In late 2012, a photo backpack from startup Mindshift Gear raised more than $130,000 in a Kickstarter campaign, far above its $30,000 goal.
It won crowd favor because of a design that addresses the needs of the traveling or hiking photographer with two distinct compartments — one with easy access to photo gear in a hideaway hip belt, and another for gear, clothing, hydration, or other travel essentials.
We tested it over the past month, including on two trips, a photo shoot at a race, and during a hard backcountry hike down a river in Vermont.
The heart of the pack (full name: Mindshift Rotation180° Photo Backpack) is a rotating hip-pack that is hidden but pivots out from the main pack body when needed for quick access to a camera and lenses. You do this without removing the main bag from your back.
At $389.99, the Mindshift is a big spend. But for a photographer in need of near-instant access to a camera while on the move the pack could prove invaluable.
I worked for years as a photojournalist. To me, the Mindshift hits the nail on the head — the design works really well, including an easy rotation move to scoot the hip pack out of the bottom of the pack and around front.
When not deployed, the hip compartment sits out of the way inside the main compartment, and the pack functions much the same as a model from a high-end outdoor brand.
The pivoting hip-belt pack is large enough to carry a single DSLR body with a large lens (or a regular lens attached and one or two extras). Add a small flash, pens, and a notebook in the small pockets and you have all the gear a photographer or photojournalist should need.
The hip-pack can be used in conjunction with the main pack or removed for a simple (if a bit bulky) hip-carry camera bag.
The entire package fits in the overhead compartment of an airplane. Coupled with a computer bag, I was able to avoid checking luggage while hauling camera gear for the long weekend on two recent trips.
During my trip to Vermont, I was able to carry enough camera gear for basic photojournalism work, including a Nikon body, a 24-70 2.8 lens, a 50mm 1.4 lens, and a flash.
To give the bag a real outdoors test, I carried it with all my gear for the weekend while on a timber-whacking hike along a Vermont stream in search of a waterfall. I carried the pack for several hours over slippery, moss-covered boulders, up steep hills, and through dense undergrowth.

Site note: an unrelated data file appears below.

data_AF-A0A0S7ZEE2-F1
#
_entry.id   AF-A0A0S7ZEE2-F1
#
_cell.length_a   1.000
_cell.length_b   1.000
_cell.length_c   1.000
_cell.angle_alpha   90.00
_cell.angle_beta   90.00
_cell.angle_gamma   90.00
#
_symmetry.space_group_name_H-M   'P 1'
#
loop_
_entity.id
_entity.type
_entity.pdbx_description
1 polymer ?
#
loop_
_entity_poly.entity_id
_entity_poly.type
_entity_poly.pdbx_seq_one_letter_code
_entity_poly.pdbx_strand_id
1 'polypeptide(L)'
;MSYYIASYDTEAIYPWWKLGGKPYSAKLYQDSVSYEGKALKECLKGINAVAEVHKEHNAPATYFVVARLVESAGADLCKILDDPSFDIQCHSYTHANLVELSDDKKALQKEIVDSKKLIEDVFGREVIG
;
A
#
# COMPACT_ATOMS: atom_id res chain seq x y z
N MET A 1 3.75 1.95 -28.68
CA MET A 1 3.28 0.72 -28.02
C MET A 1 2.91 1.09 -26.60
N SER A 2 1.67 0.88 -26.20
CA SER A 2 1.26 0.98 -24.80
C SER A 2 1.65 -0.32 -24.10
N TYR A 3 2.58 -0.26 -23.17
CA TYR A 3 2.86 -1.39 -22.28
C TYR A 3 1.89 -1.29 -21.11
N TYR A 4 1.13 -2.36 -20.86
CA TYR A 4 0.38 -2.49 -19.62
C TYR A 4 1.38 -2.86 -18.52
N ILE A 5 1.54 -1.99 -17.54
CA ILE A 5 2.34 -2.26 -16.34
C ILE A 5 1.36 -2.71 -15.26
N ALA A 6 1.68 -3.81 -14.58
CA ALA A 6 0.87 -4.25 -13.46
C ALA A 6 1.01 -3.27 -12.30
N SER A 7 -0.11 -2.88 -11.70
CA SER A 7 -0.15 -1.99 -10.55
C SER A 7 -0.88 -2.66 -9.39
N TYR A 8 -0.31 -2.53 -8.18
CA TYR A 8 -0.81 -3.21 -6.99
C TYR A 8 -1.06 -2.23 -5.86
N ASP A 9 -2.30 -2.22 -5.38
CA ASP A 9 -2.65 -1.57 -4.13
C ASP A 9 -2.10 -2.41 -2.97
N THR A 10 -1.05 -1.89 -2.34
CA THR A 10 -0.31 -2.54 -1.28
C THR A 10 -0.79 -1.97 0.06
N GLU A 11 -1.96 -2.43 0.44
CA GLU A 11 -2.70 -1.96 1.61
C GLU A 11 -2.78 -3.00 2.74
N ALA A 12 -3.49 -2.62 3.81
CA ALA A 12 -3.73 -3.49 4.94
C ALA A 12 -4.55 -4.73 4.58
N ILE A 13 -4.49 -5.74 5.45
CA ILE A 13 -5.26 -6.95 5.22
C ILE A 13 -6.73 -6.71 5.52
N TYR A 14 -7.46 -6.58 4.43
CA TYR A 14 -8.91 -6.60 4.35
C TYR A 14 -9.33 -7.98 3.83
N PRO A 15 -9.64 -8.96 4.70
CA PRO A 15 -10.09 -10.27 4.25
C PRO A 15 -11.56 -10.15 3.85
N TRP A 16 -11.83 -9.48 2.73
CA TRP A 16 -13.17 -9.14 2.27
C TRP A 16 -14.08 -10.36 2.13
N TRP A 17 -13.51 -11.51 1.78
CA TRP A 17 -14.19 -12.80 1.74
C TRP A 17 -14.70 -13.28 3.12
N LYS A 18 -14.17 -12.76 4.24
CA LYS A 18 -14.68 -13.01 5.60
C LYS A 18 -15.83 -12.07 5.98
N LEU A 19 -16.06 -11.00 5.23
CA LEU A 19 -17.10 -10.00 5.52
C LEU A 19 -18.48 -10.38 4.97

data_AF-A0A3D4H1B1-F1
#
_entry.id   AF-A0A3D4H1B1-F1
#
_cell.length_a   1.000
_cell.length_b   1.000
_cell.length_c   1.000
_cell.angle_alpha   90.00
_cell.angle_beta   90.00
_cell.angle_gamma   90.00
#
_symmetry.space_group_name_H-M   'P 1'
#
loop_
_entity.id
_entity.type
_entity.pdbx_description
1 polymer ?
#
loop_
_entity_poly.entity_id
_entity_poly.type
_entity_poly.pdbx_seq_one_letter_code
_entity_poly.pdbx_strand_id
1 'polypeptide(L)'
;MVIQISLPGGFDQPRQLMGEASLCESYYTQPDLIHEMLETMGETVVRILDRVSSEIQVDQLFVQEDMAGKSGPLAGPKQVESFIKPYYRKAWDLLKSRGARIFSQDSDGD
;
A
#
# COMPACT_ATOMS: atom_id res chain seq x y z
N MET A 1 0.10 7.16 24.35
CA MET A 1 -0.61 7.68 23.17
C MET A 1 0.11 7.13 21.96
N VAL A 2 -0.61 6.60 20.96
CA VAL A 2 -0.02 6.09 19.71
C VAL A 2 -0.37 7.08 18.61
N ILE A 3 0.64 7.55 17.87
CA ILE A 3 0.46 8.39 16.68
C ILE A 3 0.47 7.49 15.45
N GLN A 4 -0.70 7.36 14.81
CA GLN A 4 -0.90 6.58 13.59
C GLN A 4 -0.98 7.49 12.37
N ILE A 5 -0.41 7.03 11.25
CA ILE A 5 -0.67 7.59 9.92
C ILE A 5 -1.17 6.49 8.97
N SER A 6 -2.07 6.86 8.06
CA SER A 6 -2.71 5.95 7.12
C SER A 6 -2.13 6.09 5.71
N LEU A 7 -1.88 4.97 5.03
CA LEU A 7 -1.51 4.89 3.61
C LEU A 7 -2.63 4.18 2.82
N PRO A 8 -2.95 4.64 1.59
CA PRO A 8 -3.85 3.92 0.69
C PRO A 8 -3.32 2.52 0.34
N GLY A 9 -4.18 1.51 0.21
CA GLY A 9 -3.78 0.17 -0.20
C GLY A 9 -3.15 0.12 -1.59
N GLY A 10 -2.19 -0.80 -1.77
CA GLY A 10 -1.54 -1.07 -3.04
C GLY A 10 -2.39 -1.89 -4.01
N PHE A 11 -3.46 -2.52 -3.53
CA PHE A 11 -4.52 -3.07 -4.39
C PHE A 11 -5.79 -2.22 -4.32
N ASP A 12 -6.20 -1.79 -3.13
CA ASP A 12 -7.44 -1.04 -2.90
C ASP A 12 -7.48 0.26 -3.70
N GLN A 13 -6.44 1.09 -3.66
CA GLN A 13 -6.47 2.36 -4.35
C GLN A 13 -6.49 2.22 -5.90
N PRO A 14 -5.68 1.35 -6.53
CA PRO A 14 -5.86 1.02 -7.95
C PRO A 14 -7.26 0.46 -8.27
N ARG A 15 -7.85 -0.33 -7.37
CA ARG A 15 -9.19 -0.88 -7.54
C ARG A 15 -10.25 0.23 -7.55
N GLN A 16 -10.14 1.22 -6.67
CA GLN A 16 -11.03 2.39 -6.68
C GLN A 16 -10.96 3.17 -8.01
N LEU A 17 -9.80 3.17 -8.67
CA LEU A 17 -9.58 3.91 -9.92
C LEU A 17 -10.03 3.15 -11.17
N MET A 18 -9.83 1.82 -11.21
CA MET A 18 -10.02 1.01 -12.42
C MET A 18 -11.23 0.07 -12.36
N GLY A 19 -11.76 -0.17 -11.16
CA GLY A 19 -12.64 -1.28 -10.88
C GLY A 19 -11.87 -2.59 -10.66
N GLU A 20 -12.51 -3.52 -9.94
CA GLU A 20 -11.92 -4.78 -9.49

The pack was comfortable for every step even loaded with about 30 pounds of clothing and camera gear.
Whenever I felt like snapping a photo, I just unhooked a quick-latch device, pivoted the hip-belt around so the camera pack faced forward, and pulled out my Nikon. The whole process took about 15 seconds without removing the pack from my back.
The pack is versatile. The belt pack holds a pro-size DSLR and two lenses, or a common 70-200mm f2.8 attached to a body. Additional photo equipment, such as a spare body, flash, and up to five lenses, can be stored in the upper compartment’s removable camera insert.
For minimalist excursions the padded insert can be removed and the pack can be filled with other outdoor gear.
It has about 2,300 cubic inches in total storage space. This equals a mid-size pack, and once loaded with all my camera gear there’s not a ton of space left over — enough room for food, water, and extra clothing on a day hike, but for an overnight trip with a shelter I’d be harder pressed.
But the Mindshift is made for hiking, not backpacking. It has a waterproof rain cover and large side pockets that hold up to a 3-quart hydration pack (or a pair of wet running shoes, as was my case in Vermont).
Overall, the pack is a great product for the serious photographer who travels regularly and wants the versatility of carrying either a heap of camera gear or camera gear and clothing in a single, carry-on size bag.
The innovative hip-belt design definitely seals the deal. Buy it here if you’re often on the move outside, a camera in your pack when it should instead be accessible and in your hand.
—Sean McCoy worked for 10 years at the Virgin Islands Daily News as a reporter, editor, and photojournalist. He’s now a contributing editor for GearJunkie.